Breaking News: Oil, Gas Reserves found in Zimbabwe
September 29, 2014 | 0 Comments
Zimbabwe could become an oil and gas producer following strong indications of significant reserves of the resources in northern parts of the country. Government has already commissioned mining research experts to determine the extent of the potential reserves in the Zambezi Valley. Earlier exploration by hydrocarbons giant Mobil Oil in the 1990s concluded there was nearly “100 percent potential of gas” and a high possibility of oil occurrence in the region. However, authorities did not prioritise further exploratory work then due to various competing national issues such as the military intervention in the DRC and the fast-track land reform programme. But with several African countries recently announcing oil and gas finds, such as in Mozambique and Namibia, interest has been rekindled and authorities have revisited the matter. Mines and Mining Development Secretary Professor Francis Gudyanga told The Sunday Mail: “We are working on that, but I think it is too early to make it public.” This paper has gathered that Government mandated a team of experts to confirm the existence of the oil and gas reserves. Geo Associates and Invictus Energy Resources are assisting the Mines Ministry and the Geological Survey Department in the project. Research shows that hydrocarbon deposits occur in sedimentary geological features less than 300 million years old. Zimbabwe has three areas holding sedimentary geological features that fit the profile – Karoo (150-300 million years), Cretaceous (50-140 million years), and Kalahari (four-50 million years). Of these, the Zambezi Valley — which sits on Karoo sediments in the Cabora Bassa Basin — holds the most potential for gas and possibly oil. Between 1989 and 1993, Mobil Oil explored a part of the Zambezi Valley in the Cabora Bassa Basin spanning 30 120 square kilometres. The company concluded the area was likely to have gas, a finding corroborated by German Geological Survey BGR. BGR analysed the data and carried out extensive fieldwork and indicated the area potentially held high volumes of recoverable gas. However, no actual drilling took place. Sedimentologist and geological consultant Dr Dennis Shoko, who worked with Mobil on the initial exploration, said: “The work carried out by Mobil was very extensive and the results they produced were very positive. Their surveys included airborne geo-physical work. They worked on the structure of our basin in areas such as the Mana Pools, the Cabora Basin and Zambezi Basin. “Their conclusion was that there was an almost 100 percent potential of gas, which then makes having oil a possibility. They then proposed to have a joint venture with Government to begin work that included drilling and setting up a 4km-deep borehole. But at that time, Government said it was not a priority and turned down the joint venture.” He added: “In recent years, an oil leak was discovered in Lupane, meaning there is high chance that there is oil in the Cabora Basin, which covers the north part of the country and the area between the escarpment and the Zambezi River. Remember we also share this basin with Mozambique, which has also discovered oil.” Investec Energy Resources’ Mr Scott Macmillan said the oil reserves — if confirmed — could turn around Zimbabwe’s economy. He said the subject would feature prominently at the Mining Indaba scheduled for Harare next week. “The resources could potentially provide the country with a significant new revenue base and create thousands of direct and indirect jobs, be utilised as feedstock for gas-fired power turbines and bring about a solution to the perennial power shortages as well as provide energy security for the country. “The hydrocarbon symposium will focus on the exciting conventional and unconventional under-explored oil and gas opportunities in Zimbabwe and highlight the country’s potential as an exploration destination in the region. Zimbabwe is still a frontier country in terms of hydrocarbon exploration. – *Source zimbabwelatestnews.net]]>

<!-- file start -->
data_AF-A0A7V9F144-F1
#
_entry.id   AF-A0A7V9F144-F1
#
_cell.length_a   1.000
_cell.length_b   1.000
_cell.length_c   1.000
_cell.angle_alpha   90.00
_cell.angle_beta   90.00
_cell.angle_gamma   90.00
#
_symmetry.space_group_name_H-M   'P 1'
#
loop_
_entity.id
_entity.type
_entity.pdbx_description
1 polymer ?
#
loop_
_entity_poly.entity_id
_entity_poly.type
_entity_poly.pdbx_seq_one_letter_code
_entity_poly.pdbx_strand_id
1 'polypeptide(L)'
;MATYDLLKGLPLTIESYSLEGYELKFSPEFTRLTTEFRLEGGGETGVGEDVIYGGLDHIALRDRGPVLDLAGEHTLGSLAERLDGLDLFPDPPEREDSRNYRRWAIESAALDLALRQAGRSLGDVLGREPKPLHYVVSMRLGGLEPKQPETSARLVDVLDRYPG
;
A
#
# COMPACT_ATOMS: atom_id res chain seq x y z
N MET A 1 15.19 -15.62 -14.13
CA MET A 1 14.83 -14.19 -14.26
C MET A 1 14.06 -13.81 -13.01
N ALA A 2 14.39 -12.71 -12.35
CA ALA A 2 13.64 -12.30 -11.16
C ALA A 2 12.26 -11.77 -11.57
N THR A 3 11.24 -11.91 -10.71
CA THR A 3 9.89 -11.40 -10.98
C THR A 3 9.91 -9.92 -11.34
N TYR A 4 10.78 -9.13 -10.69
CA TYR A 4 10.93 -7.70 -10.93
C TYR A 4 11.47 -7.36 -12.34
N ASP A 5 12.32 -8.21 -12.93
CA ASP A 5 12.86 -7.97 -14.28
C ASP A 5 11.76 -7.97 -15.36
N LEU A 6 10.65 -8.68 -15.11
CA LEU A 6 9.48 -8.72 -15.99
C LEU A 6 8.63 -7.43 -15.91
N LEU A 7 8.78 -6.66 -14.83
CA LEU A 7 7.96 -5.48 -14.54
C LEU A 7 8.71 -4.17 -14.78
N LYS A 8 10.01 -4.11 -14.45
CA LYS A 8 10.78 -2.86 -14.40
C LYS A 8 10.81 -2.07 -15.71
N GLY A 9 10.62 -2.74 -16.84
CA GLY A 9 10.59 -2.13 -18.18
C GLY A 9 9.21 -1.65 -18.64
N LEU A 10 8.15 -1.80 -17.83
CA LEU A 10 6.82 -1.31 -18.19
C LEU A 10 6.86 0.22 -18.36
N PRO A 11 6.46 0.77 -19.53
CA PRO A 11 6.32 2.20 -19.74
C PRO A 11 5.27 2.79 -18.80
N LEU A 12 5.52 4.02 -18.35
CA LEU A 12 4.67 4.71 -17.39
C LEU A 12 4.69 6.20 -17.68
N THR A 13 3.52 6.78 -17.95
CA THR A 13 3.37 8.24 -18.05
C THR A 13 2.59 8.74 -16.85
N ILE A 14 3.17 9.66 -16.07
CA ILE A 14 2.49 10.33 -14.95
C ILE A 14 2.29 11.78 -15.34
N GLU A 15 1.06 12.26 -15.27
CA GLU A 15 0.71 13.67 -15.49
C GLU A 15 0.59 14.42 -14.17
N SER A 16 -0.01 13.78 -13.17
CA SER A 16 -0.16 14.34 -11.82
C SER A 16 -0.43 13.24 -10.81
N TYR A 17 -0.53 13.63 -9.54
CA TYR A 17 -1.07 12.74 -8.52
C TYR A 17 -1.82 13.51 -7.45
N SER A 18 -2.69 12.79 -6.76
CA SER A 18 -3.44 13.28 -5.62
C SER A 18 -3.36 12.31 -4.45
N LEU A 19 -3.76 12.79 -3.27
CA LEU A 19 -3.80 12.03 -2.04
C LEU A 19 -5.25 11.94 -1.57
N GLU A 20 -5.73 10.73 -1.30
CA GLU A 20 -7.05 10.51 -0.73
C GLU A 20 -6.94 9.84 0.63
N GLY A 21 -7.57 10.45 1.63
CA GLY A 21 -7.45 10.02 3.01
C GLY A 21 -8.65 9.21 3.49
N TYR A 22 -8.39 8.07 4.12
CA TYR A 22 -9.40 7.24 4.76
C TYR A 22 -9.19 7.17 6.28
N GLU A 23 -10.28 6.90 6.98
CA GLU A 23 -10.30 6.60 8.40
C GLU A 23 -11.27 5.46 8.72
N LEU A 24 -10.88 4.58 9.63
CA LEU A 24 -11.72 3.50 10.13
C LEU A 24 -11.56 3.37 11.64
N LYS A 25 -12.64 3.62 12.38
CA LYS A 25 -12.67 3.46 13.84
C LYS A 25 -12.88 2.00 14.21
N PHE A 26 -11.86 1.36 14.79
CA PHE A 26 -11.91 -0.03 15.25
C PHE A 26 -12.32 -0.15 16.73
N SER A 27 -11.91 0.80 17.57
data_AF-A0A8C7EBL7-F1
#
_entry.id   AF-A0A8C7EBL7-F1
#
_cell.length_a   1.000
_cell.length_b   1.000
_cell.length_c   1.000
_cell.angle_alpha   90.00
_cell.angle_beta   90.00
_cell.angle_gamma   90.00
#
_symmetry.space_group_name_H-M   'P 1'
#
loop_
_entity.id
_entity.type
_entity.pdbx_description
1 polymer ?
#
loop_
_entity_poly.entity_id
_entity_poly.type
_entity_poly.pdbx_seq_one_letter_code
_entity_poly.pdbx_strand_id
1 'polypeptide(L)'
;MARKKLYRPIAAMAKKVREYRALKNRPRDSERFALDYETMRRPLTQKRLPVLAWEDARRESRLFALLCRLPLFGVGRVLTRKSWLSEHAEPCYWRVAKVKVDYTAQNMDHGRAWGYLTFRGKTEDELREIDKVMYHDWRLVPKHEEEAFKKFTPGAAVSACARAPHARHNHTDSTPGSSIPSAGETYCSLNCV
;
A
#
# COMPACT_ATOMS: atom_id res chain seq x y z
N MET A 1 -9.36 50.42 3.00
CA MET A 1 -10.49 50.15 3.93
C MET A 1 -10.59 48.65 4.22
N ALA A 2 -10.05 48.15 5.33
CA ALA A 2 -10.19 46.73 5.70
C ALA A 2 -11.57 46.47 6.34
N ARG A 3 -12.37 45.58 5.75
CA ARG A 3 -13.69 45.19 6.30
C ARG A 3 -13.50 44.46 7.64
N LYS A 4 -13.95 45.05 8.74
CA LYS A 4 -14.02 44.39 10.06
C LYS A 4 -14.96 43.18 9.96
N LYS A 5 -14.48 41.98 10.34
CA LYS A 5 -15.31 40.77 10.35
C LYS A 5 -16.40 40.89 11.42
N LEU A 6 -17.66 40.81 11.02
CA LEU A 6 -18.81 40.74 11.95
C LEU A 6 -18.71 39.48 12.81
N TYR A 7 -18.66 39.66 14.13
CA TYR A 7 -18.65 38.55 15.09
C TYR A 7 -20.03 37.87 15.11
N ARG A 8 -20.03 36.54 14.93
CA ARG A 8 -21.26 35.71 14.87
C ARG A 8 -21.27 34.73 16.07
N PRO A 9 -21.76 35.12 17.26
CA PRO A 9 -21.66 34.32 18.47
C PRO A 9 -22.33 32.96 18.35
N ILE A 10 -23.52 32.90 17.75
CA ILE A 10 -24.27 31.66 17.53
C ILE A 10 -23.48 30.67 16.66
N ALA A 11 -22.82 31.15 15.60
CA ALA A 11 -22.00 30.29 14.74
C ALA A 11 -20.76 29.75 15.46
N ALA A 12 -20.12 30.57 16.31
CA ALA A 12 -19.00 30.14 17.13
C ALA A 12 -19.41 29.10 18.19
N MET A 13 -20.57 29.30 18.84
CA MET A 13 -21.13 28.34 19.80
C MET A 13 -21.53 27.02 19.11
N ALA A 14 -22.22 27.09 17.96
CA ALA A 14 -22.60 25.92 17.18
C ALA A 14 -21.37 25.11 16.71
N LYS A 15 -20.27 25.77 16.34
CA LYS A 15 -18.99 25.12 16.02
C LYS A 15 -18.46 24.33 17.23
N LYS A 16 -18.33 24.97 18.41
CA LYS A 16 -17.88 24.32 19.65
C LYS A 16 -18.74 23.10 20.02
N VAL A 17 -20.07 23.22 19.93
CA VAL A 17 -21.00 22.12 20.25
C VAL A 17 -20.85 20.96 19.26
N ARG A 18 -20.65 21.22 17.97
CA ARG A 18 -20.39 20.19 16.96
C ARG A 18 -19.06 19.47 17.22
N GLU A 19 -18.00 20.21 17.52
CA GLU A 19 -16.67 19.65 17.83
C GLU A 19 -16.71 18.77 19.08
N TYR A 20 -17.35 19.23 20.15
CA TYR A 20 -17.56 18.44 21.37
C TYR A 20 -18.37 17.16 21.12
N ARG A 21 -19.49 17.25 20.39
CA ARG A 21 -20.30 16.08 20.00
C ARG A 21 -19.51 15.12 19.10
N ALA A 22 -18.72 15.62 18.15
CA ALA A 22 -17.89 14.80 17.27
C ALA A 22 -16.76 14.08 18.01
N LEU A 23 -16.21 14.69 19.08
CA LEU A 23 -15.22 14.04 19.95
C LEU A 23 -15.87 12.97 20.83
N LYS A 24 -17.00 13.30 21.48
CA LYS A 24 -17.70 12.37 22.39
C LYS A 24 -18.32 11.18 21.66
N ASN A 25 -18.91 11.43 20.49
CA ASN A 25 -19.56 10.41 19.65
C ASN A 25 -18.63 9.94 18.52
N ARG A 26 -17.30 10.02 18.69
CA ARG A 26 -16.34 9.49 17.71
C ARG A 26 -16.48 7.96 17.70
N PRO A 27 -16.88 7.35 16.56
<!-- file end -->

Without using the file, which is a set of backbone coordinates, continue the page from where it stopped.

Mugabe nephew raises alarm
September 18, 2014 | 0 Comments